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Blood. 1987 May;69(5):1376-80.

Genetic expression of adenosine deaminase in human lymphoid malignancies.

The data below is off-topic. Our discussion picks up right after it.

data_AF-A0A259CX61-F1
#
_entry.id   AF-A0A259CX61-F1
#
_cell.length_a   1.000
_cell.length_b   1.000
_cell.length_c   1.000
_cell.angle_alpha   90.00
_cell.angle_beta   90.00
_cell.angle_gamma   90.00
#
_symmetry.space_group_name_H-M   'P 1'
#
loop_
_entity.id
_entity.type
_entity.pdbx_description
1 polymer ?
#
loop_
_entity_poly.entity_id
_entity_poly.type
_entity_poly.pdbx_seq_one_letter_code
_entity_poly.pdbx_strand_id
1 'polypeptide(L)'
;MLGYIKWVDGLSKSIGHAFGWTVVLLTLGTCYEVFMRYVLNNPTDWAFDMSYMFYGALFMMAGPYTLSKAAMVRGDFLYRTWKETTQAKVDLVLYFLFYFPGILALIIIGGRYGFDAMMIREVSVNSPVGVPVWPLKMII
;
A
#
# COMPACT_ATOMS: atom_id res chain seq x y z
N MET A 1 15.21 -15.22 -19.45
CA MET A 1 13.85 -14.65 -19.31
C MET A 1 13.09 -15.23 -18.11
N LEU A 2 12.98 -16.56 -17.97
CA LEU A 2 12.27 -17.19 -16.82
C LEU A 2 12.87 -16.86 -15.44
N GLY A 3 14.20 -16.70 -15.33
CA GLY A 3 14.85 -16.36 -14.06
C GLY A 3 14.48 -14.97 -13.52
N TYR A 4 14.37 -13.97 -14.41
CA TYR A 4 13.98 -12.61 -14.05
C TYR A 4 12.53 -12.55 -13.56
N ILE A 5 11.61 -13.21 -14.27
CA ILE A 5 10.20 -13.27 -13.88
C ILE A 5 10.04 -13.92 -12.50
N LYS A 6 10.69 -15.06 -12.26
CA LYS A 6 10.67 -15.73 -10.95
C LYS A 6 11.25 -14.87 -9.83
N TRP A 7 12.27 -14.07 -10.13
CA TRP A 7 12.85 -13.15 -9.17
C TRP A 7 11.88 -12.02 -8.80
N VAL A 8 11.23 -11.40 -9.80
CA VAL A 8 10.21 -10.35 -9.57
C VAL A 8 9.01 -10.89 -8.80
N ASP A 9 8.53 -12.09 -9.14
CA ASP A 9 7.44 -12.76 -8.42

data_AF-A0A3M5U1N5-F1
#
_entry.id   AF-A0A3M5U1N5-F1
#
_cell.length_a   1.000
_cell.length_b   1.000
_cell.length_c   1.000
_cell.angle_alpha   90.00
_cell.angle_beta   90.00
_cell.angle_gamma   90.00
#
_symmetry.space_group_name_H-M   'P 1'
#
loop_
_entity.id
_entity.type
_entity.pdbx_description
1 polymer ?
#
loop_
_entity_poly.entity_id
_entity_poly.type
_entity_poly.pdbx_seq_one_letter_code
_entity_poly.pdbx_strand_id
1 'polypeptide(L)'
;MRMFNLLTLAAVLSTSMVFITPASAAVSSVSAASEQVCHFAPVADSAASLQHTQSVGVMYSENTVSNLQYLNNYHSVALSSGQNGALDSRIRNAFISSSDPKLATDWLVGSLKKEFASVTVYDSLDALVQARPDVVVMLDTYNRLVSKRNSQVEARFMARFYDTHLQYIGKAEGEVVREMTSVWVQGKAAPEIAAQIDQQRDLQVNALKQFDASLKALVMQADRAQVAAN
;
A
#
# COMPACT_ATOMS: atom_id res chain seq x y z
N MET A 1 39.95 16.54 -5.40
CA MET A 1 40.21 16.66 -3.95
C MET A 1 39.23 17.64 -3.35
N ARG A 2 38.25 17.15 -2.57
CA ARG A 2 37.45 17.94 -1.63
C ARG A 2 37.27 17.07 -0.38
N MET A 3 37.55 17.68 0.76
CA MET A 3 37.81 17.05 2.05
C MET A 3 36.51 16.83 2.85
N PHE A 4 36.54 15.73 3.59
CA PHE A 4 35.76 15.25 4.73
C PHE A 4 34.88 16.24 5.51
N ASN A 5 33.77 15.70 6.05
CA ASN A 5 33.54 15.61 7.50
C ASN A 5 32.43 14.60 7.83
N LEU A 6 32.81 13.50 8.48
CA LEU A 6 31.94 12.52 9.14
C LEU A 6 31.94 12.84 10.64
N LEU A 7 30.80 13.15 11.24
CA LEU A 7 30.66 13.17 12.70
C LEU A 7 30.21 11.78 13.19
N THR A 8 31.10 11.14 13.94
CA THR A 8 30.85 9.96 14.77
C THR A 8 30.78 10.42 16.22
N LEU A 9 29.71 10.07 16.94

Adenosine deaminase (ADA) is an enzyme in the purine catabolic pathway that has been used as an enzymatic marker of T cell lymphoblastic malignancies due to its high specific activity in thymocytes and immature T cells. We have investigated whether the level of ADA activity in lymphoid leukemic cells correlates with the amount of ADA-specific RNA and/or immunoreactive protein in these cells as an initial step toward characterizing the nature of the genetic regulation of ADA expression during differentiation. We have found a good correlation between the steady state levels of ADA-specific RNA and ADA-immunoreactive protein in T lymphoblastic leukemic cell lines, mature T cell lines, a B lymphoblast cell line, and leukemic cells directly isolated from four patients with acute lymphoblastic leukemia and three patients with chronic lymphocytic leukemia. Southern blot analysis of DNA from these cells shows no evidence for differences in ADA gene copy number or gene rearrangement to account for the variability in ADA expression. We conclude that levels of ADA in lymphoid leukemic cells are directly related to the amount of ADA-specific mRNA present. These findings imply that ADA expression in leukemic cells reflects either the transcriptional activity of the ADA gene or the stability of ADA mRNA in these cells.

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